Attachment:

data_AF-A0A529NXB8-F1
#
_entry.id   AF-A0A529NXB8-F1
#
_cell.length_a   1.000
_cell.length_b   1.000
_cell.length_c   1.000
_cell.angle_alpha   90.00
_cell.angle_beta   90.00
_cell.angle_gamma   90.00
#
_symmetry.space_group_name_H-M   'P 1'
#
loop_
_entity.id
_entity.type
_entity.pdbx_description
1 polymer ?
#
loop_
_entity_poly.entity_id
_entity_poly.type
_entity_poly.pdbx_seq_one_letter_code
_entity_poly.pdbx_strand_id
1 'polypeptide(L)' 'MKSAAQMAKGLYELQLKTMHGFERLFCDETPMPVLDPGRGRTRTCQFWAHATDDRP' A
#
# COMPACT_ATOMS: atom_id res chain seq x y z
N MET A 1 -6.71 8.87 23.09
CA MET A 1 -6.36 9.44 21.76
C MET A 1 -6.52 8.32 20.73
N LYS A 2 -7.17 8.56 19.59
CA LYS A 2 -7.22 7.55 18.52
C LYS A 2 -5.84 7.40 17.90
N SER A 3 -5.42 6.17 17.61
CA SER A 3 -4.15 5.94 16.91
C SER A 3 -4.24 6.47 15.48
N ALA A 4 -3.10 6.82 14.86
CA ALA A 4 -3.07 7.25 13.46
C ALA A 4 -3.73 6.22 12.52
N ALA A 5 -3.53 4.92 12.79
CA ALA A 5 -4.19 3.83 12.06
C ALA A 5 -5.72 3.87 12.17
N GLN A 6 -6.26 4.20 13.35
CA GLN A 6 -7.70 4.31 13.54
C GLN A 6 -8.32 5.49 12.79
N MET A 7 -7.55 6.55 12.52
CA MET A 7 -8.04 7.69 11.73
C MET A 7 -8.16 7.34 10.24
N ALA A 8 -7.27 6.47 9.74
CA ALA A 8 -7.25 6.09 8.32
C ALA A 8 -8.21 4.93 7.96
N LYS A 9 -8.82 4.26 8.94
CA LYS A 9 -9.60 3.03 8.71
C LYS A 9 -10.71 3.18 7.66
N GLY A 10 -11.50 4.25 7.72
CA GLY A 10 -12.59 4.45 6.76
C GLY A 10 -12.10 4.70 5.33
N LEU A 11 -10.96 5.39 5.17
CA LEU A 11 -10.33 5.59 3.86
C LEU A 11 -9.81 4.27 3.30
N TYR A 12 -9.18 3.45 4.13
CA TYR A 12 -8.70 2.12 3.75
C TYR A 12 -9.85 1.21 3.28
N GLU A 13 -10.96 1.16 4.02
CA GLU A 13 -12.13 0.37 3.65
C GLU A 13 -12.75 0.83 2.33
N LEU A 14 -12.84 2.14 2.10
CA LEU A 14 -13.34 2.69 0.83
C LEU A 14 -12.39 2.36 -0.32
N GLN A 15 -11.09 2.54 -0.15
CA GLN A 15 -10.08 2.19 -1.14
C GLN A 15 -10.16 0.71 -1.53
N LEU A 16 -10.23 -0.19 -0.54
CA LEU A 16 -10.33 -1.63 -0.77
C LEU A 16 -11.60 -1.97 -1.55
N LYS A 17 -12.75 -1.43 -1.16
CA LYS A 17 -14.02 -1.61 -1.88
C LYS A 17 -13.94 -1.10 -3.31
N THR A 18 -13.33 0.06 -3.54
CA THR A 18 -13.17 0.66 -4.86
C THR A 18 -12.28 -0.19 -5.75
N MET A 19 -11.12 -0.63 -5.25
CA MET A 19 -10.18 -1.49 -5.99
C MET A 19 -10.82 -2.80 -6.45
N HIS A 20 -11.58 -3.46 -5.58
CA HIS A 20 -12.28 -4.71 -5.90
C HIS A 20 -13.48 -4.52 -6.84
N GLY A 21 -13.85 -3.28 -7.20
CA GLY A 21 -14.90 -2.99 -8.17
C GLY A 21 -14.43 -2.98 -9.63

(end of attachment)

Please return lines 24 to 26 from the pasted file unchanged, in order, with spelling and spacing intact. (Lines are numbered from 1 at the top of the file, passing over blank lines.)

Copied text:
_entity_poly.pdbx_strand_id
1 'polypeptide(L)' 'MKSAAQMAKGLYELQLKTMHGFERLFCDETPMPVLDPGRGRTRTCQFWAHATDDRP' A
#